Professor Fiifi Ofori-Acquah, Director of the Ghanaian Genome Project, has stressed the need for Ghanaians to deepen knowledge on the sickle cell diseases to help stop families from breaking apart and accusing people without evidence.
He said the burden of undiagnosed genetic diseases, low information, and family discourse, had triggered unhappiness among some Ghanaian families with the disease.
To understanding the disease therefore, one must be able to appreciate the interaction between genes, lifestyle, and the environment, to offer help to people, especially kids, who were helpless in this country.
Prof Ofori-Acquah was speaking at a public lecture on the Ghanaian Genome (GhGenome) Project at the Kwame Nkrumah University of Science and Technology (KNUST), Kumasi.
Sickle Cell Disease caused by inheritance of one sickle cell mutation, according to him, was the most common genetic disease and most of the cases were in Africa.
Over one percent of all babies with SCD have one parent who is negative for the sickle cell mutation; non-paternity may be assumed wrongly to be the reason for this phenomenon in most cases.
In Ghana, one out of every 50 babies born has sickle cell disease.
He said it was, therefore, the duty of experts to decode the Ghanaian genome to help people embrace sick conditions.
Prof Ofori-Acquah said Ghana ought to develop genetic programmes to diagnose rare diseases and to identify mutations that drove childhood cancers, adding that, it was a major developmental health challenge.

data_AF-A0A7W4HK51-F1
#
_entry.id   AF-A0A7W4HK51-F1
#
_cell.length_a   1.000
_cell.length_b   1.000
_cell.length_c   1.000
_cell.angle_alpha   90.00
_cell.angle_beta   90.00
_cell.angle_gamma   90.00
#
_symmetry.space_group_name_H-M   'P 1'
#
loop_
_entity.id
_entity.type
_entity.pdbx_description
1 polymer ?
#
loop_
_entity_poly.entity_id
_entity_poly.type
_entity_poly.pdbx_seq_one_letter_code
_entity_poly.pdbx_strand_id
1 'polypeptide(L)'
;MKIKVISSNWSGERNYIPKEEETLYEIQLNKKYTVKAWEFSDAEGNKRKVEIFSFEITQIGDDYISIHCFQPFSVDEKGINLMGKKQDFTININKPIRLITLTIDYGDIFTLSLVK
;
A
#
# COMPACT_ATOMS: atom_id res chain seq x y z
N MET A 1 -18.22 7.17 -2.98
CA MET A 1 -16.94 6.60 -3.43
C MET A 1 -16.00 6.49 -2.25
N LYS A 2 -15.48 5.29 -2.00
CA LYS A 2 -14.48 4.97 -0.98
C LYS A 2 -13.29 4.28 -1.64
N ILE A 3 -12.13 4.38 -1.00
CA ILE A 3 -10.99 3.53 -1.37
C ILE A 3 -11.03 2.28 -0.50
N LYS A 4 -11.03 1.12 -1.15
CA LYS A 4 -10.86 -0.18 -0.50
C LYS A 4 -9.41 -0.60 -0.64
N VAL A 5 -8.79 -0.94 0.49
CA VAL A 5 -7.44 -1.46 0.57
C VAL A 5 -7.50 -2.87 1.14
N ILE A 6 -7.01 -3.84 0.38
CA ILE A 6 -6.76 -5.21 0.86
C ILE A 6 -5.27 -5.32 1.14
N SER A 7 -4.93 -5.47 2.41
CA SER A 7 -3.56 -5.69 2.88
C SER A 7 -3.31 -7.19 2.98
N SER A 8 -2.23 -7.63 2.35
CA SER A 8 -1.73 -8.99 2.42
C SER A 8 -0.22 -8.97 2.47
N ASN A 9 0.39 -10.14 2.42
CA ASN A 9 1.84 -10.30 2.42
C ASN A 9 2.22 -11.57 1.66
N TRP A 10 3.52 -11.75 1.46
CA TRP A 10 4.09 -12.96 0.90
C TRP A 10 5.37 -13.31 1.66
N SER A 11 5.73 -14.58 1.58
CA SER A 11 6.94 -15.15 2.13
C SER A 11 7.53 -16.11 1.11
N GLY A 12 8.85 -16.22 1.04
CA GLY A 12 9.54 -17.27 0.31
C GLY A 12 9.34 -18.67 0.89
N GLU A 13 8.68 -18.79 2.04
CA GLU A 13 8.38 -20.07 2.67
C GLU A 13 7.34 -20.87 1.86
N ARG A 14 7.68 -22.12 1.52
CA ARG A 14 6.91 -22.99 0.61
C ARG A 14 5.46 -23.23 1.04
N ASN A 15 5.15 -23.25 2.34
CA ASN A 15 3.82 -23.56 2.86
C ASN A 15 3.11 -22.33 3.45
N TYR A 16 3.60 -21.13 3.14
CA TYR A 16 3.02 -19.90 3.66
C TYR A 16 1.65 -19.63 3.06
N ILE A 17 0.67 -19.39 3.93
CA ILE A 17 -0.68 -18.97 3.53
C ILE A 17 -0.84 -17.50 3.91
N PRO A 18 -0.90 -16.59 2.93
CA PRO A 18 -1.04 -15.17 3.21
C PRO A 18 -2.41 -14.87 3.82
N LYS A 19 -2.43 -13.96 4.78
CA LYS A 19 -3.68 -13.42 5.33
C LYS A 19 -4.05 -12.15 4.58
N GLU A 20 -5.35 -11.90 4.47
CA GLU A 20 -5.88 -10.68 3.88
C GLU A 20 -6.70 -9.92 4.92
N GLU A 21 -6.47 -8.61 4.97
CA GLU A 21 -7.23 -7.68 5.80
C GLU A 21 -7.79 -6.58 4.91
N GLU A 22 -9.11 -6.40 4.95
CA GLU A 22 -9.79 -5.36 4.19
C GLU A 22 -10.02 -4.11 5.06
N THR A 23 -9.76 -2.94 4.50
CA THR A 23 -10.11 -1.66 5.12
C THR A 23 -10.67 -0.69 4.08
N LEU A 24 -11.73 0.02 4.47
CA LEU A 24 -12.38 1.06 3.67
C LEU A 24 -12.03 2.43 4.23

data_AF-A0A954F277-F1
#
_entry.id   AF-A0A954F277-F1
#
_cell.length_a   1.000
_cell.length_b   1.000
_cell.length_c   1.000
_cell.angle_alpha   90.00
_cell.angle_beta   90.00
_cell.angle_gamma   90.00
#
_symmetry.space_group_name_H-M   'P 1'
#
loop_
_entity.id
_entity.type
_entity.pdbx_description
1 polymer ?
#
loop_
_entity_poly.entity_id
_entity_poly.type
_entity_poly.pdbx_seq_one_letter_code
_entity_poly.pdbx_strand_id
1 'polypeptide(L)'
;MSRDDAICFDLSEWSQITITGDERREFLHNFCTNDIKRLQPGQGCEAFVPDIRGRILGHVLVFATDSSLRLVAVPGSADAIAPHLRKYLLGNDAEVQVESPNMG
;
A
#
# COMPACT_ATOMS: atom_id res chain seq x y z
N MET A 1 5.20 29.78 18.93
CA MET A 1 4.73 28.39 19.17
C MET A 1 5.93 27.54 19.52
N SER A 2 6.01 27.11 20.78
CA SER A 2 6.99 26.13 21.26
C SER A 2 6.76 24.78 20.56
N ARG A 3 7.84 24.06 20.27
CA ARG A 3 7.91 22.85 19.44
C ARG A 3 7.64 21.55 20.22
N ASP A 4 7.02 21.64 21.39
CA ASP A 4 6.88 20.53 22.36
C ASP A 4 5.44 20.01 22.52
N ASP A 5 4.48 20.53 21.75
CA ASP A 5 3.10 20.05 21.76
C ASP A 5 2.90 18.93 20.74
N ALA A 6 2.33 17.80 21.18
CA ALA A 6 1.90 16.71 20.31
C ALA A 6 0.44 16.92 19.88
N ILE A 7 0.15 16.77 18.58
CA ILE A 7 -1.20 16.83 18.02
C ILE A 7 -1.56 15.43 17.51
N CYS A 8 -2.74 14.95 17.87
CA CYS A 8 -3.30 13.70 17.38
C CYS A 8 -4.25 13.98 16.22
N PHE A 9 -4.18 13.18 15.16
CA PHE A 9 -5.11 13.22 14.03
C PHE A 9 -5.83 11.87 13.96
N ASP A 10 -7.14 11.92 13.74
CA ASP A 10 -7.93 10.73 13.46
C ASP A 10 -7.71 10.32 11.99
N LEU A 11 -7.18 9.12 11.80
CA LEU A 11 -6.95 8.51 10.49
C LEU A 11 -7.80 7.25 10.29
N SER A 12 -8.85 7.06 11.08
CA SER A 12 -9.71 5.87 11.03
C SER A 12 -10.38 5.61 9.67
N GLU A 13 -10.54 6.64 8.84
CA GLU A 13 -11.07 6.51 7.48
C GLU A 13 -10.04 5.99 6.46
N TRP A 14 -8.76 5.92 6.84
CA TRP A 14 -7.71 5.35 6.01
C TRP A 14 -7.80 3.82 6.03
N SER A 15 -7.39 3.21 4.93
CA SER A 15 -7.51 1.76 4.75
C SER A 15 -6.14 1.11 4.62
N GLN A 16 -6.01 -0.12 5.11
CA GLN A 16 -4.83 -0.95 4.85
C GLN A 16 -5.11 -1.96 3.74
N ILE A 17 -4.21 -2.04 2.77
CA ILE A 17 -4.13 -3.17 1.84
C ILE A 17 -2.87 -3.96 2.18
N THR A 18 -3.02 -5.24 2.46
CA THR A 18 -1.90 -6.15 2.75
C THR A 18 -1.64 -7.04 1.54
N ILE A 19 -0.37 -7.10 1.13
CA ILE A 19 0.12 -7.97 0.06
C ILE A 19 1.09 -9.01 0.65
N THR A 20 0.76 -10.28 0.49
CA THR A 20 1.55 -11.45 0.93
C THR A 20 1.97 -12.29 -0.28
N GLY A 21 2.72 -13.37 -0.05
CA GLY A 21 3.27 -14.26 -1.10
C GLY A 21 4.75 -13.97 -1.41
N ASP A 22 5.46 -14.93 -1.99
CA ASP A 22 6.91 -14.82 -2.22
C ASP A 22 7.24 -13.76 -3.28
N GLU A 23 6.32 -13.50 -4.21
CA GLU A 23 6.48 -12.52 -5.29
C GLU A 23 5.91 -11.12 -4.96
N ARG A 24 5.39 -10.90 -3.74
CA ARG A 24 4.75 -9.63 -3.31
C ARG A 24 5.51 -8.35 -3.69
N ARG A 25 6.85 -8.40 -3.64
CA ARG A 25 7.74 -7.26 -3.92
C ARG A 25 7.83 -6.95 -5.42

He mentioned that the West African Genetic Medicine Center and the African Center of Excellence had put up proposals to address developmental health challenges.
“A developmental challenge is genetic disorders, and this can be done but cannot be done alone in the universities or laboratory, this requires a national conversation,” he observed.
Over 400 children in Ghana are diagnosed with cancer every year – lymphomas and leukaemia (40 percent), RB1 gene mutations (15 percent), Wilms tumour (15 percent) and others constitute 30 percent.
He pointed out that, lack of genetic testing in Ghana meant a death sentence for many children diagnosed with childhood cancers, saying “it is our duty to decode the mutations that cause childhood cancers in Ghana.”
The GhGenome Project is focused on training, research, as well as public and community engagement in all aspects of the human genome in Ghana.
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